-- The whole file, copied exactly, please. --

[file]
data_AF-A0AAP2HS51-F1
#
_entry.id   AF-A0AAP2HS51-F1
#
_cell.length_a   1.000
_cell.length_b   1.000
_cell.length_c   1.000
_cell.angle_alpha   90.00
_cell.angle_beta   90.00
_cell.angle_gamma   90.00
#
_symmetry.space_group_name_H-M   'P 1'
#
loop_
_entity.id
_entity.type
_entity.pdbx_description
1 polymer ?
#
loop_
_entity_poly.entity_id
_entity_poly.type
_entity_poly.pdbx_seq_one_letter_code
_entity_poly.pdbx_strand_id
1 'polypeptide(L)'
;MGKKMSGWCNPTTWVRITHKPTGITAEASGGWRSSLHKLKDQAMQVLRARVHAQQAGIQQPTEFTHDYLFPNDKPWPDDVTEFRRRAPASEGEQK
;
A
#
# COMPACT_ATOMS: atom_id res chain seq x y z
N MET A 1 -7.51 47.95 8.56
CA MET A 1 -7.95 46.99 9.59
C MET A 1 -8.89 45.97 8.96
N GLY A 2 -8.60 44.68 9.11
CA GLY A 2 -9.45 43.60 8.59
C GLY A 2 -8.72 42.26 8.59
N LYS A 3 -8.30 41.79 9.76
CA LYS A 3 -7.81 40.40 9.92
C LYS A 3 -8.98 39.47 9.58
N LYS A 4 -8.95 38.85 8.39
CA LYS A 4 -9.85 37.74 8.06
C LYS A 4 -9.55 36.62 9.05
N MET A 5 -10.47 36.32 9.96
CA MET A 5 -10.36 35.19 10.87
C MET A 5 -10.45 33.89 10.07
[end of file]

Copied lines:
data_AF-A0AAP2HS51-F1
#
_entry.id   AF-A0AAP2HS51-F1
#
_cell.length_a   1.000
_cell.length_b   1.000
_cell.length_c   1.000
_cell.angle_alpha   90.00
_cell.angle_beta   90.00
_cell.angle_gamma   90.00
#
_symmetry.space_group_name_H-M   'P 1'
#
loop_
_entity.id
_entity.type
_entity.pdbx_description
1 polymer ?
#
loop_
_entity_poly.entity_id
_entity_poly.type
_entity_poly.pdbx_seq_one_letter_code
_entity_poly.pdbx_strand_id
1 'polypeptide(L)'
;MGKKMSGWCNPTTWVRITHKPTGITAEASGGWRSSLHKLKDQAMQVLRARVHAQQAGIQQPTEFTHDYLFPNDKPWPDDVTEFRRRAPASEGEQK
;
A
#
# COMPACT_ATOMS: atom_id res chain seq x y z
N MET A 1 -7.51 47.95 8.56
CA MET A 1 -7.95 46.99 9.59
C MET A 1 -8.89 45.97 8.96
N GLY A 2 -8.60 44.68 9.11
CA GLY A 2 -9.45 43.60 8.59
C GLY A 2 -8.72 42.26 8.59
N LYS A 3 -8.30 41.79 9.76
CA LYS A 3 -7.81 40.40 9.92
C LYS A 3 -8.98 39.47 9.58
N LYS A 4 -8.95 38.85 8.39
CA LYS A 4 -9.85 37.74 8.06
C LYS A 4 -9.55 36.62 9.05
N MET A 5 -10.47 36.32 9.96
CA MET A 5 -10.36 35.19 10.87
C MET A 5 -10.45 33.89 10.07